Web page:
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Perihelion Summer

3.35  ·  Rating details ·  659 ratings  ·  113 reviews
Greg Egan's Perihelion Summer is a story of people struggling to adapt to a suddenly alien environment, and the friendships and alliances they forge as they try to find their way in a world where the old maps have lost their meaning.

Taraxippus is coming: a black hole one tenth the mass of the sun is about to enter the solar system.

Matt and his friends are taking no chances
Paperback, 224 pages
Published April 16th 2019 by
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Average rating 3.35  · 
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 ·  659 ratings  ·  113 reviews

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Chaunceton Bird
Jul 16, 2019 rated it did not like it
Shelves: sci-fi-hi-fi
Greg Egan is one of my favorite authors. I plan to read every one of his books. It's a shame that some of them, like this one, are probably the product of contract obligations, and are a bit lacking in the usual Greg Egan staples of complex science-driven plots.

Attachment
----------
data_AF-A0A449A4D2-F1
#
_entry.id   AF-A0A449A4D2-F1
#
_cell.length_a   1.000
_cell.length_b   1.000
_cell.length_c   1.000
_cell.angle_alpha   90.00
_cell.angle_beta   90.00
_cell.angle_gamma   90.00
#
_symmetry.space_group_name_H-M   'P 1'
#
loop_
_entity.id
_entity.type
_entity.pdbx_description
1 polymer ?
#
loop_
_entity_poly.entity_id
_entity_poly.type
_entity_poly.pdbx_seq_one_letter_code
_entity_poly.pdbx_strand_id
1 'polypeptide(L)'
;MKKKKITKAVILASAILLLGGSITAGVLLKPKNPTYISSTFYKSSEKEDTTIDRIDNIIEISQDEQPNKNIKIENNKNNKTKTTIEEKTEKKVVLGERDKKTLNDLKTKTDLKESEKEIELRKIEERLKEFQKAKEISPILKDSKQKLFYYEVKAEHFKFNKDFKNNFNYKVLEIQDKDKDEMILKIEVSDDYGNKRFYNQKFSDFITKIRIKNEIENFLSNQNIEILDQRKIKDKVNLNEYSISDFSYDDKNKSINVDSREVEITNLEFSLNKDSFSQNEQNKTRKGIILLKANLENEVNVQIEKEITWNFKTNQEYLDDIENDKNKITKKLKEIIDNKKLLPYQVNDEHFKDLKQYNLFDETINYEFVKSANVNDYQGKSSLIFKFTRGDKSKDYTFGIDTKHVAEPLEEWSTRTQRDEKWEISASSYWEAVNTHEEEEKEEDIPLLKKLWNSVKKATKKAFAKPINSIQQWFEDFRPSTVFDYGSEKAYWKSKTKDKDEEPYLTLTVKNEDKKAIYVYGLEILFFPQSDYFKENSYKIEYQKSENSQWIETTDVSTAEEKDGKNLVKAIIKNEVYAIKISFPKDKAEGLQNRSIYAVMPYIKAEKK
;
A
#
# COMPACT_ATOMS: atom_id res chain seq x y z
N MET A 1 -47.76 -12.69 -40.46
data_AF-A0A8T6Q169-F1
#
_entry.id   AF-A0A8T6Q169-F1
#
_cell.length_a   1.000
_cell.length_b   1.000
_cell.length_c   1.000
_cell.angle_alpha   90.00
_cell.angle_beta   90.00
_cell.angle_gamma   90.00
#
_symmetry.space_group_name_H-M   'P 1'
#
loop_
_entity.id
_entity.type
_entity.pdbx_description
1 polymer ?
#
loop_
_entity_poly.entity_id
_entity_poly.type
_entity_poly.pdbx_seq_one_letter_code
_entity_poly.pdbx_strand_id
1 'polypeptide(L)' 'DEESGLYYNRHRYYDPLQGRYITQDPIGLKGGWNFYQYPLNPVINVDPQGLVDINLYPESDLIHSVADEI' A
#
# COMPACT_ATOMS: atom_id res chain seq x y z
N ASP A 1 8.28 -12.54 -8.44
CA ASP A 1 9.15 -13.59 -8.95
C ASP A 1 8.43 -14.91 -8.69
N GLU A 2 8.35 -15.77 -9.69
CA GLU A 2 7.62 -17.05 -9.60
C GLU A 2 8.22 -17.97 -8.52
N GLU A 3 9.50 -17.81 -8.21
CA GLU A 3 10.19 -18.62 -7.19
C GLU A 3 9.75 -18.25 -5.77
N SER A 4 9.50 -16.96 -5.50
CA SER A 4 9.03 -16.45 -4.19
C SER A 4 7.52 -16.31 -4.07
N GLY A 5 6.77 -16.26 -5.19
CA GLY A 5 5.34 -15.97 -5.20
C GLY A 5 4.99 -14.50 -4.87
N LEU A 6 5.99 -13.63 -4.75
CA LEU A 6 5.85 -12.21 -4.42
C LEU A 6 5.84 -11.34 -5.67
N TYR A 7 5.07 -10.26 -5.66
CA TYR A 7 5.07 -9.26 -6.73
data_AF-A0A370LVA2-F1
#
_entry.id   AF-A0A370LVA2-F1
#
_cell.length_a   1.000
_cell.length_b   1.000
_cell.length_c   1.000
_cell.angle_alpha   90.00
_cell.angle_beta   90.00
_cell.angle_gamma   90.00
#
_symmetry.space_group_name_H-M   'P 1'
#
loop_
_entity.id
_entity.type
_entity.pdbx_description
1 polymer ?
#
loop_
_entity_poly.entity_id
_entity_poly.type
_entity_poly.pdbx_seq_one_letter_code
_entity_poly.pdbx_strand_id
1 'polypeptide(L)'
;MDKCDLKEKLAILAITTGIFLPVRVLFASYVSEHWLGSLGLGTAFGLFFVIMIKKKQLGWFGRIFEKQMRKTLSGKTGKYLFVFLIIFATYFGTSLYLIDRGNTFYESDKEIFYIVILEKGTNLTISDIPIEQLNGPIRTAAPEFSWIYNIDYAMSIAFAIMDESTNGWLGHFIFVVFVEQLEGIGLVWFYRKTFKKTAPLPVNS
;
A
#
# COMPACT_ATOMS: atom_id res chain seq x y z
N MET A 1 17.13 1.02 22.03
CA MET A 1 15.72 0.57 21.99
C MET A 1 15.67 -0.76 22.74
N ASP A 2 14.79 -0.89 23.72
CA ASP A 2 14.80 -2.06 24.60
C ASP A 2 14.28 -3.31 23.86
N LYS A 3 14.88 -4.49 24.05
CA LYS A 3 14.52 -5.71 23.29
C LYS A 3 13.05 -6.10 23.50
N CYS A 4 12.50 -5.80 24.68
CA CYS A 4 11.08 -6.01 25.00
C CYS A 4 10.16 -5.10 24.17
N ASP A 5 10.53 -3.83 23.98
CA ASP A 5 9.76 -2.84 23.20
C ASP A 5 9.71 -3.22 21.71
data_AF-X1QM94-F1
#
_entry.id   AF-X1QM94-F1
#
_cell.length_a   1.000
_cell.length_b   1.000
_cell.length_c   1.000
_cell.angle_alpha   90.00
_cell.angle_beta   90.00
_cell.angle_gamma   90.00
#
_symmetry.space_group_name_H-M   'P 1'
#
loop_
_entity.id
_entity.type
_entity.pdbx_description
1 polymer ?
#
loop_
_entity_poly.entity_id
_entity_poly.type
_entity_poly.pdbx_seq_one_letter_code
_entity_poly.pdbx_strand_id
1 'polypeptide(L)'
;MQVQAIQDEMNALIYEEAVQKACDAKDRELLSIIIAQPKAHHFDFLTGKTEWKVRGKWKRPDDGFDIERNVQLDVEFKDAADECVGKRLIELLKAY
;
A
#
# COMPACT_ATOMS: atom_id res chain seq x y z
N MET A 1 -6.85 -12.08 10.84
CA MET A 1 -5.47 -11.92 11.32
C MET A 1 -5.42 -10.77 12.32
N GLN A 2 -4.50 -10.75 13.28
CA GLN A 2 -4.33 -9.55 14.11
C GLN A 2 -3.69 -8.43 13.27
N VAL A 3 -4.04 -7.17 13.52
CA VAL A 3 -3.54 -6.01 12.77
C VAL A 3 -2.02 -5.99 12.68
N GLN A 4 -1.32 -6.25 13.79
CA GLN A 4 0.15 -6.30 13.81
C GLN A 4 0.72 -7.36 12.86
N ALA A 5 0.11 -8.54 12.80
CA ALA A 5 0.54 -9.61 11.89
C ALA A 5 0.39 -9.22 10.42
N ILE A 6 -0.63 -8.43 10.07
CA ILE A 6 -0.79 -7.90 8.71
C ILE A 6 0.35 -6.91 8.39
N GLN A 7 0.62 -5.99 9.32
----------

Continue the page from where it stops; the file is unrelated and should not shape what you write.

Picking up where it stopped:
This book had an interesting premise (two black holes pass through the solar system close enough to catastrophically disturb earth's orbit), but the rest of the story felt like Mr. Egan was making it up as he went, and it digressed into
Jul 14, 2019 rated it liked it  ·  review of another edition
Shelves: z-to-a-egan, sci-fi
What would happen if a blackhole will pass through our solar system, further enough not to destroy any planet but leaving some traces of its journey behind? You’ll find out in this novella.

The story follows a few characters struggling staying alive in the new environmental conditions. It’s more of a pre-apocalyptical story, if you let your imagination flow beyond the end of the story.

Not as ground-breaking as other of his works, still, a very interesting one, which makes you ruminate upon it aft
Jul 05, 2019 rated it liked it